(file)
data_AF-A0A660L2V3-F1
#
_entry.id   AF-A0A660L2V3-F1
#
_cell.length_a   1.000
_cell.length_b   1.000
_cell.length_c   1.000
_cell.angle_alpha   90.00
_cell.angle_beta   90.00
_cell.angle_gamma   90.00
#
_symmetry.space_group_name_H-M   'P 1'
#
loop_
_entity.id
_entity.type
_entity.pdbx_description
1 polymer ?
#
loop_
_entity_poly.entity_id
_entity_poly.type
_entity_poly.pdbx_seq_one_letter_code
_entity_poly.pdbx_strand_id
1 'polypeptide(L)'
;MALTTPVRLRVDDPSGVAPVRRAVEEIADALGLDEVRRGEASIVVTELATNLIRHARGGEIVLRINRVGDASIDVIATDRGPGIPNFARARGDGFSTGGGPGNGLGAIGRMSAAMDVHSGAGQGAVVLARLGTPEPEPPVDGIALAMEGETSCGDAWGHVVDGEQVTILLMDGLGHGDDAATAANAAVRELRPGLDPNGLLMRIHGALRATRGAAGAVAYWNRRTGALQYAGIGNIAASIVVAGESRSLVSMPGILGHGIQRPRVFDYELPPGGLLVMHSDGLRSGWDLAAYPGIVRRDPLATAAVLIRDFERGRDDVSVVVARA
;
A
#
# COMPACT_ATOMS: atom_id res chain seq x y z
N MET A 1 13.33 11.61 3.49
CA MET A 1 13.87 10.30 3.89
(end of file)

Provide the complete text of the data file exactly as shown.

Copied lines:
data_AF-A0A660L2V3-F1
#
_entry.id   AF-A0A660L2V3-F1
#
_cell.length_a   1.000
_cell.length_b   1.000
_cell.length_c   1.000
_cell.angle_alpha   90.00
_cell.angle_beta   90.00
_cell.angle_gamma   90.00
#
_symmetry.space_group_name_H-M   'P 1'
#
loop_
_entity.id
_entity.type
_entity.pdbx_description
1 polymer ?
#
loop_
_entity_poly.entity_id
_entity_poly.type
_entity_poly.pdbx_seq_one_letter_code
_entity_poly.pdbx_strand_id
1 'polypeptide(L)'
;MALTTPVRLRVDDPSGVAPVRRAVEEIADALGLDEVRRGEASIVVTELATNLIRHARGGEIVLRINRVGDASIDVIATDRGPGIPNFARARGDGFSTGGGPGNGLGAIGRMSAAMDVHSGAGQGAVVLARLGTPEPEPPVDGIALAMEGETSCGDAWGHVVDGEQVTILLMDGLGHGDDAATAANAAVRELRPGLDPNGLLMRIHGALRATRGAAGAVAYWNRRTGALQYAGIGNIAASIVVAGESRSLVSMPGILGHGIQRPRVFDYELPPGGLLVMHSDGLRSGWDLAAYPGIVRRDPLATAAVLIRDFERGRDDVSVVVARA
;
A
#
# COMPACT_ATOMS: atom_id res chain seq x y z
N MET A 1 13.33 11.61 3.49
CA MET A 1 13.87 10.30 3.89